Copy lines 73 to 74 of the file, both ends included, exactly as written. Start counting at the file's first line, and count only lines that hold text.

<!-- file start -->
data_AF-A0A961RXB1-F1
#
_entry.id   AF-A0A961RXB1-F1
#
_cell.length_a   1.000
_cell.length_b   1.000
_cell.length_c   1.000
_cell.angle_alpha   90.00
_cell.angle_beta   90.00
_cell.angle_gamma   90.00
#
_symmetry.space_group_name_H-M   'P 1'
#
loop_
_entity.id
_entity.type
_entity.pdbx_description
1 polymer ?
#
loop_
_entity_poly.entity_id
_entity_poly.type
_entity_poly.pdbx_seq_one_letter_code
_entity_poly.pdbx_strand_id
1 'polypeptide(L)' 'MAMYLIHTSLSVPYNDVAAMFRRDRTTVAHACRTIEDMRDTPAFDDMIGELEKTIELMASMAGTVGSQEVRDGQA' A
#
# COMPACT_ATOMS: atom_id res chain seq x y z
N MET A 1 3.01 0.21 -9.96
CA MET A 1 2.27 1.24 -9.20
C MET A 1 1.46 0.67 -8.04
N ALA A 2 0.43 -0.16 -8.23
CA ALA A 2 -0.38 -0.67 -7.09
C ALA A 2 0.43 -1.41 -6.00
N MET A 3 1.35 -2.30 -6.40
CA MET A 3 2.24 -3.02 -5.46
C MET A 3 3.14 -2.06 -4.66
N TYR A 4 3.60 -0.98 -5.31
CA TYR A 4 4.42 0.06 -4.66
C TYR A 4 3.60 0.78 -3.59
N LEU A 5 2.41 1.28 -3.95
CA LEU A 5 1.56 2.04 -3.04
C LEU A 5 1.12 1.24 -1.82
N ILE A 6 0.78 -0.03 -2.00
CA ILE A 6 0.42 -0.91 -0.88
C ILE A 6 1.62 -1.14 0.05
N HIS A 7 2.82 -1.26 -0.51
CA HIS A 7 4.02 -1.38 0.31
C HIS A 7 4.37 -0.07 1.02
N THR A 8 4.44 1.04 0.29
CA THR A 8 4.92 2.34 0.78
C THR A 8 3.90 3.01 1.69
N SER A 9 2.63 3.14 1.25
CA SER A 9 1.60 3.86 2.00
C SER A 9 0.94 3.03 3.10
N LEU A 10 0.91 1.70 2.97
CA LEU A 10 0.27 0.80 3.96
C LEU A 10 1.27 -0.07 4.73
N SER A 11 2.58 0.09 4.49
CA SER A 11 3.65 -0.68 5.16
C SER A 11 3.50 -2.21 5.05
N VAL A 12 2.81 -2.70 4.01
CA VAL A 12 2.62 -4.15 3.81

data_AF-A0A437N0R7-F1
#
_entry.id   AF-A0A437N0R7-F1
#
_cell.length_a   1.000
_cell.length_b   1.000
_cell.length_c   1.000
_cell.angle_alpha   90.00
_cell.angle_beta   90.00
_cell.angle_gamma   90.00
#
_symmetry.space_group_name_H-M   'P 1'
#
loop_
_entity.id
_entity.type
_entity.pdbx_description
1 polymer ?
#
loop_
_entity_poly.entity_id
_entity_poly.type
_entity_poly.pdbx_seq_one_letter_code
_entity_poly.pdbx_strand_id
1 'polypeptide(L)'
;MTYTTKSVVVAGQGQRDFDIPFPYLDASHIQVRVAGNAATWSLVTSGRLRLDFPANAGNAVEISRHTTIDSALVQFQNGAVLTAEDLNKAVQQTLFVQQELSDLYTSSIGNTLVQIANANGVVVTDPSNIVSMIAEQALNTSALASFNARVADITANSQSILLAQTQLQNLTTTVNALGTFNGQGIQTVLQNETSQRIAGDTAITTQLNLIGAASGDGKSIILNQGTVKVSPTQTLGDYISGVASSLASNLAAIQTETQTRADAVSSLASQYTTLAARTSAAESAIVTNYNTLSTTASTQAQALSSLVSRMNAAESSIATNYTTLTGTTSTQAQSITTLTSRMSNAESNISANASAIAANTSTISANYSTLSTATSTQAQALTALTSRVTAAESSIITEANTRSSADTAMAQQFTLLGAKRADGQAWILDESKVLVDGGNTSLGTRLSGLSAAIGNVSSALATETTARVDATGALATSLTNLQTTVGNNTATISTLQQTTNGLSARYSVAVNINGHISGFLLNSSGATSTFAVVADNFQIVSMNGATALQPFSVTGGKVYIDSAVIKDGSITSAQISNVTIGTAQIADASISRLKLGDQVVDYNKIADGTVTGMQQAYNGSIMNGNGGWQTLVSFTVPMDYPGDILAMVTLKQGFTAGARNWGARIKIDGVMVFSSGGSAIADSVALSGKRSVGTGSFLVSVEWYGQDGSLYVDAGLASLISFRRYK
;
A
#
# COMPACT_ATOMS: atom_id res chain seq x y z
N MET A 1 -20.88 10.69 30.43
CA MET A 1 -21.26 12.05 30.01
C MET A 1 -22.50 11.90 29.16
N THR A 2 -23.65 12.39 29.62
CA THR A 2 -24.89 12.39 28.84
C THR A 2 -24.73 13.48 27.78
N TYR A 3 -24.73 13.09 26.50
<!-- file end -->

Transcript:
#
_symmetry.space_group_name_H-M   'P 1'